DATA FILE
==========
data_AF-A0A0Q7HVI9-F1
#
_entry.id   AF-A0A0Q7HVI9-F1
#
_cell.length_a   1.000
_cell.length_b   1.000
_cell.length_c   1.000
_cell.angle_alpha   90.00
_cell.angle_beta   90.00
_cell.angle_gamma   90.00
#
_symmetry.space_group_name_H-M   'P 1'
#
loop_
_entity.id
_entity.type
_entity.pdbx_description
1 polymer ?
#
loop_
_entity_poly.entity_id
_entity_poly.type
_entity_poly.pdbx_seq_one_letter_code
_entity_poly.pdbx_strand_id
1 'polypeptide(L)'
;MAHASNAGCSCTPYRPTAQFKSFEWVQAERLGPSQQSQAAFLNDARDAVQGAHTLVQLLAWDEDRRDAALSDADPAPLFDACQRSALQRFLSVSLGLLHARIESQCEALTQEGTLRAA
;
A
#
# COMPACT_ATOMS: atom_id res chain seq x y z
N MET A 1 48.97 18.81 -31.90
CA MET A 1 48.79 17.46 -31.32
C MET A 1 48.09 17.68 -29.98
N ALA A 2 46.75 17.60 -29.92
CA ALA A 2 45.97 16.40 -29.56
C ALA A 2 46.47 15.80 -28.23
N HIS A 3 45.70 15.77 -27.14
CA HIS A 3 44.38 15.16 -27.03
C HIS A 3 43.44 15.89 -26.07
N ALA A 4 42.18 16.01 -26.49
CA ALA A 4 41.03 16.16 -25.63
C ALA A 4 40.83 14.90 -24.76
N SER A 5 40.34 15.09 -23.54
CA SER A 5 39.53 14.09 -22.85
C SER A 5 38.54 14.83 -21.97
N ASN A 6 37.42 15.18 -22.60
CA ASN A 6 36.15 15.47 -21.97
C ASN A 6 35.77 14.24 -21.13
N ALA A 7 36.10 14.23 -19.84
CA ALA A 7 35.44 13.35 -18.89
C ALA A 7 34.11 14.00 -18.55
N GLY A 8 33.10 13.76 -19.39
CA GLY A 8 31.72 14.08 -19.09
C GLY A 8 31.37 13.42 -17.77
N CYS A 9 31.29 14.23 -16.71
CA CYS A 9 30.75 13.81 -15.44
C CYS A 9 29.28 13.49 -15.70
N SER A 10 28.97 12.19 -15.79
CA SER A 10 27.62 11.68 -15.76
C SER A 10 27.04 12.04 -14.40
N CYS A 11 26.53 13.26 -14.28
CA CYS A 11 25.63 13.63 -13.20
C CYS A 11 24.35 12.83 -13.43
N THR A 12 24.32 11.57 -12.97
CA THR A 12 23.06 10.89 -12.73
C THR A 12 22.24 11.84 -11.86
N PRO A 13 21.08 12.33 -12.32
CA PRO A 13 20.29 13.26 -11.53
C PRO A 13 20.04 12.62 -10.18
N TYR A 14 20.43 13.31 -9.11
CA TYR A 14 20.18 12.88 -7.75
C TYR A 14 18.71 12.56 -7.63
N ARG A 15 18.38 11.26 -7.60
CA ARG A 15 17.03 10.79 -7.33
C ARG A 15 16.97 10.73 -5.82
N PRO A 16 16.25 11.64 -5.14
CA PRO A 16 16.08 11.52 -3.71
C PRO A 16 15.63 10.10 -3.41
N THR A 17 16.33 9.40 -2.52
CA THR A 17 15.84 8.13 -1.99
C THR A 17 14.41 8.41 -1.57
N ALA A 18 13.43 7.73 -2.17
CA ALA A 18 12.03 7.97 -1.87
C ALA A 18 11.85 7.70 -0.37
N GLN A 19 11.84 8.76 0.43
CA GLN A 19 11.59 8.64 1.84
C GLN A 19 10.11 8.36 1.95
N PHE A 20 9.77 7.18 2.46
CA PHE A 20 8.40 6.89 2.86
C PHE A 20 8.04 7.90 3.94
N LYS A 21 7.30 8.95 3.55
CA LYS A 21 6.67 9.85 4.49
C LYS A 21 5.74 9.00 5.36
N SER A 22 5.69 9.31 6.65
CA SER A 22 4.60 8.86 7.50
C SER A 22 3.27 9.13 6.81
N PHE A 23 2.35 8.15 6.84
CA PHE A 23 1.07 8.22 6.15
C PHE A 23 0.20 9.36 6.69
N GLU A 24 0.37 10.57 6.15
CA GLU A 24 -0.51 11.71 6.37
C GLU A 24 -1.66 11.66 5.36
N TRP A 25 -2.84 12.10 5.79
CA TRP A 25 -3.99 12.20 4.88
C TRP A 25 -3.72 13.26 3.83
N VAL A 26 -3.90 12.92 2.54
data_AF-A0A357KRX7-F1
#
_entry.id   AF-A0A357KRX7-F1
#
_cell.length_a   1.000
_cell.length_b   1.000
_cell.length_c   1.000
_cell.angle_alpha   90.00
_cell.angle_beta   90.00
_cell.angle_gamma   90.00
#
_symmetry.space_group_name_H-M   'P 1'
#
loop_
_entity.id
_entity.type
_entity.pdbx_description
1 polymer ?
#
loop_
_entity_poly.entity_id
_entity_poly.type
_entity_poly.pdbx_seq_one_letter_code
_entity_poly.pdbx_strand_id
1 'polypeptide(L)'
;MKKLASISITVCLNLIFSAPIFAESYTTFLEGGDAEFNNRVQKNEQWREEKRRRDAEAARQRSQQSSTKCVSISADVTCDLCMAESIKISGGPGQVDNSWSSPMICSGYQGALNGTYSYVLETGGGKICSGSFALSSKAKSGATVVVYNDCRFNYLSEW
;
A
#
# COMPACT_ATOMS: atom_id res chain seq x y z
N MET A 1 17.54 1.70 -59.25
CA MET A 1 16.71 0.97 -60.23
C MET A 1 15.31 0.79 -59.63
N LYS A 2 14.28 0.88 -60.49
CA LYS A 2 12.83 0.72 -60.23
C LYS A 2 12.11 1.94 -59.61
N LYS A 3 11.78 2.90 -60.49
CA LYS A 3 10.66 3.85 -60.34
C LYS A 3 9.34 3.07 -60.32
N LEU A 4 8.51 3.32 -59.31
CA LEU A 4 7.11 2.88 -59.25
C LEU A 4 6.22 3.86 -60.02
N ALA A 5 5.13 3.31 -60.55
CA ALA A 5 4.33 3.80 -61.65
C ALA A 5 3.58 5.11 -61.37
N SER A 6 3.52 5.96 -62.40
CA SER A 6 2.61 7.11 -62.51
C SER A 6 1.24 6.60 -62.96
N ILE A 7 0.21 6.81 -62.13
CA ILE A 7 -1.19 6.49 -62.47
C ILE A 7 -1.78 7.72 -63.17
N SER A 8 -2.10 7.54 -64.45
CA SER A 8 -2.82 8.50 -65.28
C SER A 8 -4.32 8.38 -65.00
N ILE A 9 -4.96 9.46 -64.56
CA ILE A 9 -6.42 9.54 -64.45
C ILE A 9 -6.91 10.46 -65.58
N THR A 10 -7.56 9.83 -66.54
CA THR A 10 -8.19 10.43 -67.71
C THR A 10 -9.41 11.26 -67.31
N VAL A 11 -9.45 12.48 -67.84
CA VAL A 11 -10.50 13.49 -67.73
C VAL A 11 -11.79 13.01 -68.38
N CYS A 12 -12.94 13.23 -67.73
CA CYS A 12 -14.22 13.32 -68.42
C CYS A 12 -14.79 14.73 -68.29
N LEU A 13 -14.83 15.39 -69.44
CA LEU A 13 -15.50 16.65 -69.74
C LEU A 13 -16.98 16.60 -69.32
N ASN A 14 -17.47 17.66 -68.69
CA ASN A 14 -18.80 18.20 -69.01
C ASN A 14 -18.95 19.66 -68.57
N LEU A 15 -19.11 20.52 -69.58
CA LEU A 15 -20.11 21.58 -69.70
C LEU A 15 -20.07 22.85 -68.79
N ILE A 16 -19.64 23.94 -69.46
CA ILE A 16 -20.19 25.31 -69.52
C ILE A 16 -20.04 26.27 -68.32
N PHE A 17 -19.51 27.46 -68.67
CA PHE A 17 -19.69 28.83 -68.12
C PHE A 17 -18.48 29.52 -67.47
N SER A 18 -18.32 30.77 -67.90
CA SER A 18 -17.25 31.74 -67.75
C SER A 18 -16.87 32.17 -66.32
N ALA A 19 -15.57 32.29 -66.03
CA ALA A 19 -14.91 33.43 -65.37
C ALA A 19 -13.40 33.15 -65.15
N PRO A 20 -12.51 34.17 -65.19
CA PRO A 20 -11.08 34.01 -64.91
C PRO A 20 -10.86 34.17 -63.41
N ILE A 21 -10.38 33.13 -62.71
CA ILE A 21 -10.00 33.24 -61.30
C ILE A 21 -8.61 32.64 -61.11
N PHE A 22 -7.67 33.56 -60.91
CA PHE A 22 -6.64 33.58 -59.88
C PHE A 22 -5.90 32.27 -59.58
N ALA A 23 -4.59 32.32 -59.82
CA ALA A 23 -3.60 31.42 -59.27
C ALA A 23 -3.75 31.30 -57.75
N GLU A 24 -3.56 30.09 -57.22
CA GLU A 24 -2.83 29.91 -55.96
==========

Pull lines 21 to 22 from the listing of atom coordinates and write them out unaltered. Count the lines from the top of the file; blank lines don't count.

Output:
_entity_poly.entity_id
_entity_poly.type